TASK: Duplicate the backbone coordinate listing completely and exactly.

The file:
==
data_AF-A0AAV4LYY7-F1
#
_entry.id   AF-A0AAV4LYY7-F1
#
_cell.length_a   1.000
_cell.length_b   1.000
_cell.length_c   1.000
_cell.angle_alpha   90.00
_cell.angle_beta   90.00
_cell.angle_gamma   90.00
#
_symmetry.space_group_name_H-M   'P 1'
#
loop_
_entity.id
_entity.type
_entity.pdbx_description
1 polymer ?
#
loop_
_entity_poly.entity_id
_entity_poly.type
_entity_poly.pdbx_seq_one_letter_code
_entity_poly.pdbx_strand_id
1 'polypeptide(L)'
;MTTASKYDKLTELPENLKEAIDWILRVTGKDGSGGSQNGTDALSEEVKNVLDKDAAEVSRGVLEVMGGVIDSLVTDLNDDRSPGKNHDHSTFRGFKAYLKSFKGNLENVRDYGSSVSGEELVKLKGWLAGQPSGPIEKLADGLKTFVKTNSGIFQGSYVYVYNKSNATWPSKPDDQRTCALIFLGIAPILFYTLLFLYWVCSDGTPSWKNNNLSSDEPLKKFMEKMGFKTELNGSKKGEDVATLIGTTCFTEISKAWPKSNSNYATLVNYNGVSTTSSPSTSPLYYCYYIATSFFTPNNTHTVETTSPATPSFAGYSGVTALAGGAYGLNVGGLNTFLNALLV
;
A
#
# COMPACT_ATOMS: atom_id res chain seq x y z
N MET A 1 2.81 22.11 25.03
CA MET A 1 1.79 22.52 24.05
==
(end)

data_AF-A0AAV4LYY7-F1
#
_entry.id   AF-A0AAV4LYY7-F1
#
_cell.length_a   1.000
_cell.length_b   1.000
_cell.length_c   1.000
_cell.angle_alpha   90.00
_cell.angle_beta   90.00
_cell.angle_gamma   90.00
#
_symmetry.space_group_name_H-M   'P 1'
#
loop_
_entity.id
_entity.type
_entity.pdbx_description
1 polymer ?
#
loop_
_entity_poly.entity_id
_entity_poly.type
_entity_poly.pdbx_seq_one_letter_code
_entity_poly.pdbx_strand_id
1 'polypeptide(L)'
;MTTASKYDKLTELPENLKEAIDWILRVTGKDGSGGSQNGTDALSEEVKNVLDKDAAEVSRGVLEVMGGVIDSLVTDLNDDRSPGKNHDHSTFRGFKAYLKSFKGNLENVRDYGSSVSGEELVKLKGWLAGQPSGPIEKLADGLKTFVKTNSGIFQGSYVYVYNKSNATWPSKPDDQRTCALIFLGIAPILFYTLLFLYWVCSDGTPSWKNNNLSSDEPLKKFMEKMGFKTELNGSKKGEDVATLIGTTCFTEISKAWPKSNSNYATLVNYNGVSTTSSPSTSPLYYCYYIATSFFTPNNTHTVETTSPATPSFAGYSGVTALAGGAYGLNVGGLNTFLNALLV
;
A
#
# COMPACT_ATOMS: atom_id res chain seq x y z
N MET A 1 2.81 22.11 25.03
CA MET A 1 1.79 22.52 24.05